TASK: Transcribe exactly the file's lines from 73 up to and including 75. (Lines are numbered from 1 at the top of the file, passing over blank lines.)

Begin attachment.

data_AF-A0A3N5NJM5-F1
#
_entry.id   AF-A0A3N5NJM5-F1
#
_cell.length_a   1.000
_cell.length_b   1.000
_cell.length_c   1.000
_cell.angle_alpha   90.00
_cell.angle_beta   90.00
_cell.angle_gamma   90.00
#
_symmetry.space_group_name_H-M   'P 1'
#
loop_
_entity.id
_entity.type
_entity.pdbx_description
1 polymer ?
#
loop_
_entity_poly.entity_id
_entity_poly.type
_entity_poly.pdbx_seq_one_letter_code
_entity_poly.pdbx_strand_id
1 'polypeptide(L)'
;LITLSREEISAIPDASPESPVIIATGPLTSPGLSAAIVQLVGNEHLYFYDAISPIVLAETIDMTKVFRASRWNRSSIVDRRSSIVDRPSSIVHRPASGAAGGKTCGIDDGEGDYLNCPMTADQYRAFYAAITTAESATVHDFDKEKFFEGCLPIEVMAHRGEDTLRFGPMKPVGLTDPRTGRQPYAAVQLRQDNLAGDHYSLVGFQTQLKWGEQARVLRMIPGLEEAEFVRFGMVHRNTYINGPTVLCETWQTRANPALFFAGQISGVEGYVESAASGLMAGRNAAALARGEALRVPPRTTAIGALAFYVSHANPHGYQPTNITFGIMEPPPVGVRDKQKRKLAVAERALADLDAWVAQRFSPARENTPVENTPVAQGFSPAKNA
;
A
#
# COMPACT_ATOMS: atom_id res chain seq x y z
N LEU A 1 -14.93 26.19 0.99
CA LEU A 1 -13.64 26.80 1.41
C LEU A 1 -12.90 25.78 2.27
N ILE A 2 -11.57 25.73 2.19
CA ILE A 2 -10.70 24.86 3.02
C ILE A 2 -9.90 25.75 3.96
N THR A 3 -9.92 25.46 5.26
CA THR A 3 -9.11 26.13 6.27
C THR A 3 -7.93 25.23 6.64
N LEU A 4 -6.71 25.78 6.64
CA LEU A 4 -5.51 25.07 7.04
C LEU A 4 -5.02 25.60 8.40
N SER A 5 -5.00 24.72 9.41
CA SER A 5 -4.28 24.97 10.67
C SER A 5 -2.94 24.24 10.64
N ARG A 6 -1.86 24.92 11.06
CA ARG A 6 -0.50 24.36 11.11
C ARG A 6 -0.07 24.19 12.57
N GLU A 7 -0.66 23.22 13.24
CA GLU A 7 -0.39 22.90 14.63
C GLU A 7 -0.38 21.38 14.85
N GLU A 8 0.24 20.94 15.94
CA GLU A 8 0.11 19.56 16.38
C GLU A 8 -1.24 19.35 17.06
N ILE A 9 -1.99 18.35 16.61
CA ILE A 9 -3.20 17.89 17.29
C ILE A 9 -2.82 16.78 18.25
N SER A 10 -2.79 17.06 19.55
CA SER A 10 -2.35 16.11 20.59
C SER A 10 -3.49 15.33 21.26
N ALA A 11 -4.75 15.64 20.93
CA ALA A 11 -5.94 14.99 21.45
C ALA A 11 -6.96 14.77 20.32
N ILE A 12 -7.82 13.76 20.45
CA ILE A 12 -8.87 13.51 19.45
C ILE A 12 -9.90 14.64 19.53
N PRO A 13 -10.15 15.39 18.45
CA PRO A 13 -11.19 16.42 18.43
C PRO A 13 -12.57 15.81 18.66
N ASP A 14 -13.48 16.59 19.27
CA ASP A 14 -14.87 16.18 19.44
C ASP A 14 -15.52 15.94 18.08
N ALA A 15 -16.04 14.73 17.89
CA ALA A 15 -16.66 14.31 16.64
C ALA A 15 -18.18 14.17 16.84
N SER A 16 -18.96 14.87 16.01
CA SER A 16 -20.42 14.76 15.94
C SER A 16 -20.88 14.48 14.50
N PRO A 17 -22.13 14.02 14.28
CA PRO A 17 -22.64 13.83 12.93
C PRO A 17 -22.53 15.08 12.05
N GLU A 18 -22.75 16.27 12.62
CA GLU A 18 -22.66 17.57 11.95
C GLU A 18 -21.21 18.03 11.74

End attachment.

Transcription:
N ALA A 15 -16.04 14.73 17.89
CA ALA A 15 -16.66 14.31 16.64
C ALA A 15 -18.18 14.17 16.84